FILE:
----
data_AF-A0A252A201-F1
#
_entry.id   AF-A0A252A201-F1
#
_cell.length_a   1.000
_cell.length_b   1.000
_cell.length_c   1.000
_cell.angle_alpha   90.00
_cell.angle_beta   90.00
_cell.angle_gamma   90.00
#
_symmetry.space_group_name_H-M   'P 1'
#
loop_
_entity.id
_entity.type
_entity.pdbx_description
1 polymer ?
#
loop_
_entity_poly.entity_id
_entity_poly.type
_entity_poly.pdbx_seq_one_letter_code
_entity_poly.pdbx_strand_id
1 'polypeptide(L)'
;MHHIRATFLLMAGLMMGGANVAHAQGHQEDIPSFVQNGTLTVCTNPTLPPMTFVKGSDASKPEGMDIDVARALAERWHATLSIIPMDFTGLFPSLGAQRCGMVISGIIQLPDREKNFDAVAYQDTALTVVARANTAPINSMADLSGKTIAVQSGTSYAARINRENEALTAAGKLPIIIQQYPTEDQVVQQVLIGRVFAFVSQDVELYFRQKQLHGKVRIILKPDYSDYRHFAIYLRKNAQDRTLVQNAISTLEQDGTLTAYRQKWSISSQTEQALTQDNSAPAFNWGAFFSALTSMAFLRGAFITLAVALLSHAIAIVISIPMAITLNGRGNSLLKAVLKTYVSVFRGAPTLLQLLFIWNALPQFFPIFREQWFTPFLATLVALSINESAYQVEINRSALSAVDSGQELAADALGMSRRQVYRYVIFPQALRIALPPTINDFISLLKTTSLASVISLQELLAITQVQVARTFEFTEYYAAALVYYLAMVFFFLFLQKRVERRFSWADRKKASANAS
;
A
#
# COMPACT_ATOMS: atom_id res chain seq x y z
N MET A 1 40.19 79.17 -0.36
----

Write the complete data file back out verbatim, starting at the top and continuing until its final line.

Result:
data_AF-A0A252A201-F1
#
_entry.id   AF-A0A252A201-F1
#
_cell.length_a   1.000
_cell.length_b   1.000
_cell.length_c   1.000
_cell.angle_alpha   90.00
_cell.angle_beta   90.00
_cell.angle_gamma   90.00
#
_symmetry.space_group_name_H-M   'P 1'
#
loop_
_entity.id
_entity.type
_entity.pdbx_description
1 polymer ?
#
loop_
_entity_poly.entity_id
_entity_poly.type
_entity_poly.pdbx_seq_one_letter_code
_entity_poly.pdbx_strand_id
1 'polypeptide(L)'
;MHHIRATFLLMAGLMMGGANVAHAQGHQEDIPSFVQNGTLTVCTNPTLPPMTFVKGSDASKPEGMDIDVARALAERWHATLSIIPMDFTGLFPSLGAQRCGMVISGIIQLPDREKNFDAVAYQDTALTVVARANTAPINSMADLSGKTIAVQSGTSYAARINRENEALTAAGKLPIIIQQYPTEDQVVQQVLIGRVFAFVSQDVELYFRQKQLHGKVRIILKPDYSDYRHFAIYLRKNAQDRTLVQNAISTLEQDGTLTAYRQKWSISSQTEQALTQDNSAPAFNWGAFFSALTSMAFLRGAFITLAVALLSHAIAIVISIPMAITLNGRGNSLLKAVLKTYVSVFRGAPTLLQLLFIWNALPQFFPIFREQWFTPFLATLVALSINESAYQVEINRSALSAVDSGQELAADALGMSRRQVYRYVIFPQALRIALPPTINDFISLLKTTSLASVISLQELLAITQVQVARTFEFTEYYAAALVYYLAMVFFFLFLQKRVERRFSWADRKKASANAS
;
A
#
# COMPACT_ATOMS: atom_id res chain seq x y z
N MET A 1 40.19 79.17 -0.36